To celebrate the recent release of Jorge Volpi’s Season of Ash, all this week we’re going to serialize a speech that Jorge gave this past summer on the Future of Latin American Fiction.
And, as a special offer, for the next 20 people who subscribe to Open Letter—either a 5 book or 10 book subscription—will receive a signed copy of Season of Ash. These won’t last long . . .
LATIN AMERICA, A HOLOGRAM
By Jorge Volpi
Let us be radical: Latin American literature does not exist anymore. Lovely: hundreds or thousands of Latin American writers exist, or better said, hundred of thousands of Chilean, Honduran, Dominican, Venezuelan (et cetera) writers exist, but a unique literary body endowed with recognizable characteristics, no. We have just seen it: the Spanish language is not a shared characteristic. And, if truth be told, there is nothing to lament.
The idea of a national literature, with typical and unrepeatable peculiarities, completely different from any other, is an anachronistic invention of the 19th century. As Benedict Anderson demonstrated in Imagined Communities (1983), the incipient European states were the ones that, threatened by popular revolts in that period, persisted in accentuating the consensus of its citizens through all kinds of schemes, patronage of the national literatures being one of the most powerful.
From 1820 on, while France and Germany reinvented their own respective national traditions, followed by Russia, Italy, and the rest of the countries that little by little surged on to the changing map of Europe, a great variety of institutions were created to study and protect local literatures against their neighbors. Up until then, literature had not been treated as the private property of one or various countries; suddenly the languages and literature bolstered the ideological artillery of the new bourgeois governments. It was only then that specialists sprouted in each one of these fields who, with the same zeal as historians and anthropologists, persisted in discovering and protecting the ”national soul” which was buried in its myths and legends or in the words of its artists, who were promoted from that moment on to demigods or heroes.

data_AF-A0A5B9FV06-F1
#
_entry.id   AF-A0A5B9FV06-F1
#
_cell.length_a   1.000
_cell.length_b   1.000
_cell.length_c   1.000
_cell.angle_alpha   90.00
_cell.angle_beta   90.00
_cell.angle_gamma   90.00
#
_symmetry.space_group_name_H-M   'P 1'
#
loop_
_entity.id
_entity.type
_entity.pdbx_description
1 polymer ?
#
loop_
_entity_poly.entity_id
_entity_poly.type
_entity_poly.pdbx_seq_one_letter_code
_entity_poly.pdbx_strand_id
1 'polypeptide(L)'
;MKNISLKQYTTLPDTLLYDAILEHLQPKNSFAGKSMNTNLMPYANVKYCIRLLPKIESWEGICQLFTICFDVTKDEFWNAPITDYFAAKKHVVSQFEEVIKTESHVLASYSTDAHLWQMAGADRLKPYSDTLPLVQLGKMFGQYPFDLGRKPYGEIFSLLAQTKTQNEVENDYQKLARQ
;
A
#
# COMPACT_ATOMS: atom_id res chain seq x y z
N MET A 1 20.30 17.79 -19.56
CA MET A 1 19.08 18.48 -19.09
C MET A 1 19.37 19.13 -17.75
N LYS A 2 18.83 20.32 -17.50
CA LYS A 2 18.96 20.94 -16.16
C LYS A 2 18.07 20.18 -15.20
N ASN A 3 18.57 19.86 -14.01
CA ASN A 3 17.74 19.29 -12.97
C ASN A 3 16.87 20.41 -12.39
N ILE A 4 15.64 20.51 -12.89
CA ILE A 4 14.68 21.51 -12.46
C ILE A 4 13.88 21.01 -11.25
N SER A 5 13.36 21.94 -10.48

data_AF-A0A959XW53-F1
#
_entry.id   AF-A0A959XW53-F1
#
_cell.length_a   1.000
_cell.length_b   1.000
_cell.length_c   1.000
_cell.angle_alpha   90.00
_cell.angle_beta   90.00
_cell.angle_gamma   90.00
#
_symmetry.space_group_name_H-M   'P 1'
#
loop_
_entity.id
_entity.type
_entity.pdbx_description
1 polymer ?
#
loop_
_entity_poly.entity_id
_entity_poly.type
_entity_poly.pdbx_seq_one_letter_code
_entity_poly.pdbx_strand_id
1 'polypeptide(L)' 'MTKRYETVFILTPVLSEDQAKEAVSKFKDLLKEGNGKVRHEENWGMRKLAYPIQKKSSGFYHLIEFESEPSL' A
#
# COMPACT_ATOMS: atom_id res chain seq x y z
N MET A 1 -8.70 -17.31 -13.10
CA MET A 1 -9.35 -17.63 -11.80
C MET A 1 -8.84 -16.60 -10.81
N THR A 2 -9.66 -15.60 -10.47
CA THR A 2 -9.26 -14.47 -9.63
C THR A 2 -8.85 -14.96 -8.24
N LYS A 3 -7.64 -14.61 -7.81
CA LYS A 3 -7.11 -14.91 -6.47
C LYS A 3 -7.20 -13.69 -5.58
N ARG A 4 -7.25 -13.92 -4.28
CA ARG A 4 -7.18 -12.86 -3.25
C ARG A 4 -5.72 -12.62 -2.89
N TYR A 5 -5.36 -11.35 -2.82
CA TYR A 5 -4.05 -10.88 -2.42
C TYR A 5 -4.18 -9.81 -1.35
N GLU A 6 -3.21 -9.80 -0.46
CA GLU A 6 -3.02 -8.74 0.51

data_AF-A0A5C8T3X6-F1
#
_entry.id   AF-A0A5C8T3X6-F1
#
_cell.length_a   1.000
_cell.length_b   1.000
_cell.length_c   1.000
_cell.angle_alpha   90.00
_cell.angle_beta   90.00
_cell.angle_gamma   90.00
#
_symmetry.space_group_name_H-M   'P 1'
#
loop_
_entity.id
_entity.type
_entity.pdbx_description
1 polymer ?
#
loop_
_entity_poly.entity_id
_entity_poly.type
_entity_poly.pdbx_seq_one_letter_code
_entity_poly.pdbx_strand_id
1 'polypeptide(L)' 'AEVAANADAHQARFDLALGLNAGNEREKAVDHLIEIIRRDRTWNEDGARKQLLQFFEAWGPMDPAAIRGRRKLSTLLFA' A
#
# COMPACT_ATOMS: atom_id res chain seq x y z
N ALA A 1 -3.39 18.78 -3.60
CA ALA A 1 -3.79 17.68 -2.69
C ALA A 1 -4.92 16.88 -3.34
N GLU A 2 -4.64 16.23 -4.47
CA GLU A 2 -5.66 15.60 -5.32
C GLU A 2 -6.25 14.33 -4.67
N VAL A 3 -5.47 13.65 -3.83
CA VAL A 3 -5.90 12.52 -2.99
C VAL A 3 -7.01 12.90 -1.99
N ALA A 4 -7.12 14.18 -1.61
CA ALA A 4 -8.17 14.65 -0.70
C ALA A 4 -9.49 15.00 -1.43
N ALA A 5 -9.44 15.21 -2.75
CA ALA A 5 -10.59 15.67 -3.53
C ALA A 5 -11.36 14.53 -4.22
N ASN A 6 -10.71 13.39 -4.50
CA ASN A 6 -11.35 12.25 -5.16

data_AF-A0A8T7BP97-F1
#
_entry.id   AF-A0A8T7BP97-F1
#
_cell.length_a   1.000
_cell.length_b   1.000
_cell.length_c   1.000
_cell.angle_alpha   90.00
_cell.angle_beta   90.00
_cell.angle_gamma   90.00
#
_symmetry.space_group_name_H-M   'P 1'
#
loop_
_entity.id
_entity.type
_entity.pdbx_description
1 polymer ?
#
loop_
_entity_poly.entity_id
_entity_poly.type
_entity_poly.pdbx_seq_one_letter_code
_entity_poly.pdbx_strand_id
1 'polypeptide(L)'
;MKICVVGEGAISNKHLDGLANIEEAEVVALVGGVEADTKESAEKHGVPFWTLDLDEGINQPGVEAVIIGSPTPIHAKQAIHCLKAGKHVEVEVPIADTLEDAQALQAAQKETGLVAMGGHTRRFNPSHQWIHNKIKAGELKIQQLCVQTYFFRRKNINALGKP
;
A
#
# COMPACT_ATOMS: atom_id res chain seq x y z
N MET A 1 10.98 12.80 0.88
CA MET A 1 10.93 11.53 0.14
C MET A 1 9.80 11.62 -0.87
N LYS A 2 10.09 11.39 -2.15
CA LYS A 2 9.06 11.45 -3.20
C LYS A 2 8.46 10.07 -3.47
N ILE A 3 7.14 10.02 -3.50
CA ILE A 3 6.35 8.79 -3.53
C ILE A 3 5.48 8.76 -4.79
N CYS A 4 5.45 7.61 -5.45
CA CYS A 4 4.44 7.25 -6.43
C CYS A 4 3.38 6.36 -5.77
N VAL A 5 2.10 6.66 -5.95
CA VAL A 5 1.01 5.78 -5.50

Latin America, which just then was fighting to detach itself from Spain, wasted no time in imitating these procedures (and, in some cases, advanced the field); in its need to differentiate itself from the hated metropolis—and, later on, from their no less hated neighbors—every new Latin American nation became obsessed in building its own history and inventing their own literature: even the indigenous and vice-regal writers born in the territories of the new nations became the exclusive property of each one of them. From that moment on the new powers persisted in promoting the writers—who could equally be traced from Europe—that shared this nationalistic faith. It is not surprising that the different Latin American nations were obsessed with finding their essence through literature during the second half of the 19th century and the first of the 20th century: this is why an occasionally militant national tradition, opposed to the cosmopolitan writers who were looking for a way of freeing themselves from the straight-jacket, emerged. The nationalists imposed their kingdom in the different countries of Latin America, although in permanent conflict—and at times, in happy cohabitation—with the universal tradition that never disappeared from the zone.